Anyways, it's ridiculous to assume that a party with a large white union base would be overly thrilled about passing either marijuana legalization or gay marriage.  Obama would quickly be painted as a radical by many of his own party members and he would likely face a primary challenge that wouldn't win against him, but weaken him enough in the long run to make defeat in the general pretty much a done deal.  Marijuana legalization, as much of a "you've got to be crazy to be opposed to it" issue it is, would be even less likely to pass through Congress, considering how much pandering Democrats do towards the "soccer mom" crowd.
Both issues are popular with Americans, however Congress is too much ruled by special interests to make it happen.
And I say this as somebody who supports drug legalization and gay marriage.
The problem here is that, Americans on average tend to not like the social issues boat being rocked.  Bush or Obama pushing for social issue legislation on the national level would've been rocking the boat being rocked quite a bit.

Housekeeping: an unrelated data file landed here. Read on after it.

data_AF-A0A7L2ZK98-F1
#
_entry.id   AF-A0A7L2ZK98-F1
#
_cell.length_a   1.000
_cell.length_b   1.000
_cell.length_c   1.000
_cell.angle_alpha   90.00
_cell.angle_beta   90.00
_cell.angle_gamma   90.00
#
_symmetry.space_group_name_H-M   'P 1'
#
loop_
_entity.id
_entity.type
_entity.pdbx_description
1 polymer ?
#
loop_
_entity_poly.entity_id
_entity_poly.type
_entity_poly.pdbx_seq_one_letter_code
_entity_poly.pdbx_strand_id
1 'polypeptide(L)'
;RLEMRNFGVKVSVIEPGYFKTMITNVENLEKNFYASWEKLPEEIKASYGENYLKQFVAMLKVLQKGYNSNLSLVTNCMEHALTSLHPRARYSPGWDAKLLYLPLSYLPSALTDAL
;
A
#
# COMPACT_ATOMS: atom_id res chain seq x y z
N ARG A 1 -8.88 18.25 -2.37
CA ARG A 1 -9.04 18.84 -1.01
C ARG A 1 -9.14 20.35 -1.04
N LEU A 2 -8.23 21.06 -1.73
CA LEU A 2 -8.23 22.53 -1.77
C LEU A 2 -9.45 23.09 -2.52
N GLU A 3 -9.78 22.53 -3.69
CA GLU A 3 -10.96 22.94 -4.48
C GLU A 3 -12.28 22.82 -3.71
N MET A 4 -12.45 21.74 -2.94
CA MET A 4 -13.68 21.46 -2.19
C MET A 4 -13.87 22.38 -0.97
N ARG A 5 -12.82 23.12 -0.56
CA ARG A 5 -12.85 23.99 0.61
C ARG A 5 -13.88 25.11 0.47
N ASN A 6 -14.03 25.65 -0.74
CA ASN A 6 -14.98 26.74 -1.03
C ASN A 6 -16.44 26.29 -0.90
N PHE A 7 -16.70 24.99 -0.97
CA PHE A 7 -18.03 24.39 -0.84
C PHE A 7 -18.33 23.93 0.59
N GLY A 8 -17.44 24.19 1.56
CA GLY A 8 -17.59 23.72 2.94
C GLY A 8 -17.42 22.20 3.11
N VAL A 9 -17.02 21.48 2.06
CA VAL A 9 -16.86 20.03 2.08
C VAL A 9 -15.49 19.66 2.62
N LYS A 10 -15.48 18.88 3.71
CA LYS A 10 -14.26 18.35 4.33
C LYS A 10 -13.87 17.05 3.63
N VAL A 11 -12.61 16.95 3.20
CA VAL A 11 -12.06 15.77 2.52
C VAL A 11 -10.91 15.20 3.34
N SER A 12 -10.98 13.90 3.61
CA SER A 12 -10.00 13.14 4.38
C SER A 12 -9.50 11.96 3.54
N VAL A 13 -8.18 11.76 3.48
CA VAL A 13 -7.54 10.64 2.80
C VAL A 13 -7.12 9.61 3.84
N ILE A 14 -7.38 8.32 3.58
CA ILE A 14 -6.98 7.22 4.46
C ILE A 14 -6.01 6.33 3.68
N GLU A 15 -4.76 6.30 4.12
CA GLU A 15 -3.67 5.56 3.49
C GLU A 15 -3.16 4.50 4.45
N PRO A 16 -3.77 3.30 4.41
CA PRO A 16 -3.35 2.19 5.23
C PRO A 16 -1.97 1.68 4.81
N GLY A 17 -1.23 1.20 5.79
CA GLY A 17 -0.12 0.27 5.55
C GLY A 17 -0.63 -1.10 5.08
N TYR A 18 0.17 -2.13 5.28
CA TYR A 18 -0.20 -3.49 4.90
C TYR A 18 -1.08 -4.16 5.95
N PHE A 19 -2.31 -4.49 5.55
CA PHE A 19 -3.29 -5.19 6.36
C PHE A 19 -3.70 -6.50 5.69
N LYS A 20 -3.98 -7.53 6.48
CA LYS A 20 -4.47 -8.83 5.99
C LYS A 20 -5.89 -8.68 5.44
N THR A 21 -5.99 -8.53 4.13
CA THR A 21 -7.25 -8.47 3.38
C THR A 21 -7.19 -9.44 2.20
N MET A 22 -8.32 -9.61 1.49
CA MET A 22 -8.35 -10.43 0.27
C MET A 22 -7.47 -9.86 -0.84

Quote from: Jake Matthews
In the end, the economy is what matters most. I am of the belief that Romney would handle the economy better than Obama has/will. That's just me. Will Romney lower unemployment to 5%? Of course not. Will he eradicate the debt? No way. But would he better than another term of Obama? I think so.
And how would Romney handle the economy?

Because, given his record, I'm drawing blanks here.  Seriously, does this guy play lotto numbers with policy or something?  Were you even paying attention the past few years and have you even bothered to look at wikipedia to see how his principled campaign for Mass. Gov went?  Or how about his even more principled and not at all big spending liberal pro-universal healthcare term in office went?  Or how about his attempts to out liberal Ted Kennedy in 1994, insisting he was an Independent during Bush/Reagan?
How the hell am I supposed to know if he's going to operate like a communist or a libertarian?  Given his vicious record of blatant flip floppery (that keeps up the grand Massachusetts tradition nonetheless)?